|US20110023104 *||Sep 30, 2010||Jan 27, 2011||Modern Grids, Inc.||System for hosting customized computing clusters|
|US20120072563 *||Sep 16, 2011||Mar 22, 2012||Oracle International Corporation||System and method for supporting well defined subnet topology in a middleware machine environment|
|US20120246642 *||Sep 27, 2012||Ibm Corporation||Management of File Images in a Virtual Environment|
|US20130332484 *||Jun 6, 2012||Dec 12, 2013||Rackspace Us, Inc.||Data Management and Indexing Across a Distributed Database|
|US20150071120 *||Aug 22, 2012||Mar 12, 2015||Telefonaktiebolaget L M Ericsson (Publ)||Method and apparatus for improving network performance|
|CN101819525B||Feb 27, 2009||Nov 27, 2013||国际商业机器公司||Method and equipment for searching configuration file of application in system|
|WO2004114044A2 *||Jun 10, 2004||Dec 29, 2004||Nokia Inc.||System for joining a cluster by cloning configuration|
|WO2004114044A3 *||Jun 10, 2004||Mar 23, 2006||Nokia Inc||System for joining a cluster by cloning configuration|
|WO2005119958A2 *||May 26, 2005||Dec 15, 2005||Luminous Networks, Inc.||Routing switch detecting change in session identifier before reconfiguring routing table|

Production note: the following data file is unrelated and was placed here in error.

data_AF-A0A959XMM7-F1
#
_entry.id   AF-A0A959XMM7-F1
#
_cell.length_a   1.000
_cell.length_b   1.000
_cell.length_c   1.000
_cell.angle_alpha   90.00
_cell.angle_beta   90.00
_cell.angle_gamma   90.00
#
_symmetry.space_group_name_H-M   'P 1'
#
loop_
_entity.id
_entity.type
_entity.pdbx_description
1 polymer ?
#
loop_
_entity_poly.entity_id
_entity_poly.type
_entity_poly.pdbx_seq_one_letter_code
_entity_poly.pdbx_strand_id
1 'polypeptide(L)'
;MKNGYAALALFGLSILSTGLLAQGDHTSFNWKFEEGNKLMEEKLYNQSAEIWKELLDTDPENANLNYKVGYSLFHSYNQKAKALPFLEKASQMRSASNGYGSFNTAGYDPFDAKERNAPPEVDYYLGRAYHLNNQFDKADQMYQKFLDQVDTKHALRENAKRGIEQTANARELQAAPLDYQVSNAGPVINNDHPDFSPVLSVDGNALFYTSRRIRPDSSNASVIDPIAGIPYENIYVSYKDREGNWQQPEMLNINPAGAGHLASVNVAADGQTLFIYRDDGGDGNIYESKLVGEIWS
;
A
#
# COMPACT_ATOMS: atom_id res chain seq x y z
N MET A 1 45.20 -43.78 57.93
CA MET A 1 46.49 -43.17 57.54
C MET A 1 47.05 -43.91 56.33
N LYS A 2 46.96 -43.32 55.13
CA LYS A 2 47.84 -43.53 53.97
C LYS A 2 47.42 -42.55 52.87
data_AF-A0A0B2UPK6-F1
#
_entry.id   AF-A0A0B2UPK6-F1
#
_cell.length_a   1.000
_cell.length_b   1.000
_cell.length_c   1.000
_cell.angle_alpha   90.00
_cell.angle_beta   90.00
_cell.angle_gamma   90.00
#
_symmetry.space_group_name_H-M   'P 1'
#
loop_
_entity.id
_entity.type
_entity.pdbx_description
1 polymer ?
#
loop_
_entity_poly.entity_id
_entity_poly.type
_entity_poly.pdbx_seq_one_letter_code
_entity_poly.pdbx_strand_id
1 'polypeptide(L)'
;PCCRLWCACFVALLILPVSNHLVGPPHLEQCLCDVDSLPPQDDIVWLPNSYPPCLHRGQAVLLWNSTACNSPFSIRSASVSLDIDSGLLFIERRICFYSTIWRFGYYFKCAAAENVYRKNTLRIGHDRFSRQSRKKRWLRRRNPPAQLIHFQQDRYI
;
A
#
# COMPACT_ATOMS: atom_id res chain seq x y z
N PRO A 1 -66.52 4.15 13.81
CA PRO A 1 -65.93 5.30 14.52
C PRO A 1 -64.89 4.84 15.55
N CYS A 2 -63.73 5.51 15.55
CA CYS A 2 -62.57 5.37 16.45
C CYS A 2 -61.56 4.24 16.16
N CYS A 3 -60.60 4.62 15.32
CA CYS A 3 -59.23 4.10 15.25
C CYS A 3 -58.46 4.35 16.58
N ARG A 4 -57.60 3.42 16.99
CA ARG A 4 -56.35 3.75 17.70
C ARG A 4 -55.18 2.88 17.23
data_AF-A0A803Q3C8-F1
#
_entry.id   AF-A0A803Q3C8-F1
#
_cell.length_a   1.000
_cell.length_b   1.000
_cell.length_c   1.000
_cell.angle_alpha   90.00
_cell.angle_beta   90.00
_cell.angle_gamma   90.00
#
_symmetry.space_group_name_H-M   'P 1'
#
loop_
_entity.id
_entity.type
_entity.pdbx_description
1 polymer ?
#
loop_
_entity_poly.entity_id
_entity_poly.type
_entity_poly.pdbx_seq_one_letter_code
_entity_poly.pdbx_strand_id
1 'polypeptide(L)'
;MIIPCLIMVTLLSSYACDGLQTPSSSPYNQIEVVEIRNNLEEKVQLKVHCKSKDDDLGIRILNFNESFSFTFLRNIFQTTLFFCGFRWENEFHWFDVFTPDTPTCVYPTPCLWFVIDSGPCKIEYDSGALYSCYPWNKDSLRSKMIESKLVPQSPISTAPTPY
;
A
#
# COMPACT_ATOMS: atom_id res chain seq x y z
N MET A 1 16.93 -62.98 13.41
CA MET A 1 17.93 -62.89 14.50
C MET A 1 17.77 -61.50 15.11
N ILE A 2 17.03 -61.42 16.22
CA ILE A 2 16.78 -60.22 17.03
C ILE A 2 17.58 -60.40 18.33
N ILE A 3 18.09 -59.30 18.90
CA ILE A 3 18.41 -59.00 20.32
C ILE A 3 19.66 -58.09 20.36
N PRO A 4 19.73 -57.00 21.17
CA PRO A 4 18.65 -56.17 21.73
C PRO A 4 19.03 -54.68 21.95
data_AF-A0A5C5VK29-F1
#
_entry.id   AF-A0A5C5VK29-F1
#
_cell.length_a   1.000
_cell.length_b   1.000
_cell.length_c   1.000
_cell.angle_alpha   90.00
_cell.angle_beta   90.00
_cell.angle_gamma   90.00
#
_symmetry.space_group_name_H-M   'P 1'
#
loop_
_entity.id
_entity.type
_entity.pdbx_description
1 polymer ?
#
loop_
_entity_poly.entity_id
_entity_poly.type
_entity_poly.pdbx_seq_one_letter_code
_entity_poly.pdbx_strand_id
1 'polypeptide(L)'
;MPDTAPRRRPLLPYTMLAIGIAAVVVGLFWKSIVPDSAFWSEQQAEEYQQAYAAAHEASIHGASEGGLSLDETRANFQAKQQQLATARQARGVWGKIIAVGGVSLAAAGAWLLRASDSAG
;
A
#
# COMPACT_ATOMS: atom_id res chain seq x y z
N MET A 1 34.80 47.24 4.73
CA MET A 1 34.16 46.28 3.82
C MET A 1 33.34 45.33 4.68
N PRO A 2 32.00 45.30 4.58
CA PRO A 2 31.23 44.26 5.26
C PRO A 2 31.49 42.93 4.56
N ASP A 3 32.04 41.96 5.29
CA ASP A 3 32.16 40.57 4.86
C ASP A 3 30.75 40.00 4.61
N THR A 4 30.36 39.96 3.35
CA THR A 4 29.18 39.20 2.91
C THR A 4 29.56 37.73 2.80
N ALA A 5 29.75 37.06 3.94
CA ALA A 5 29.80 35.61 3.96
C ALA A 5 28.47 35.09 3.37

|WO2005119958A3 *||May 26, 2005||Jul 6, 2006||Vinay K Bannai||Routing switch detecting change in session identifier before reconfiguring routing table|
|U.S. Classification||709/221, 709/223|
|International Classification||H04L12/24, H04L29/14, H04L29/06, H04L29/08|
|Cooperative Classification||H04L69/40, H04L41/0816, H04L41/12, G06F9/5061, H04L41/0856, H04L41/0873, G06F2209/505|
|European Classification||H04L41/08A2A, H04L41/12, H04L29/08N9A, H04L29/14, G06F9/50C|
|Jan 10, 2000||AS||Assignment|
Owner name: SUN MICROSYSTEMS, INC, CALIFORNIA
Free format text: ASSIGNMENT OF ASSIGNORS INTEREST;ASSIGNORS:TALLURI, MADHUSUDHAN;SMAALDERS, BART;PANICKER, SUNDEEP;AND OTHERS;REEL/FRAME:010534/0336;SIGNING DATES FROM 20000106 TO 20000107
|Nov 9, 2007||FPAY||Fee payment|
Year of fee payment: 4
|Sep 21, 2011||FPAY||Fee payment|
Year of fee payment: 8
|Nov 25, 2015||FPAY||Fee payment|
Year of fee payment: 12
|Dec 12, 2015||AS||Assignment|
Owner name: ORACLE AMERICA, INC., CALIFORNIA
Free format text: MERGER AND CHANGE OF NAME;ASSIGNORS:ORACLE USA, INC.;SUN MICROSYSTEMS, INC.;ORACLE AMERICA, INC.;REEL/FRAME:037278/0768
Effective date: 20100212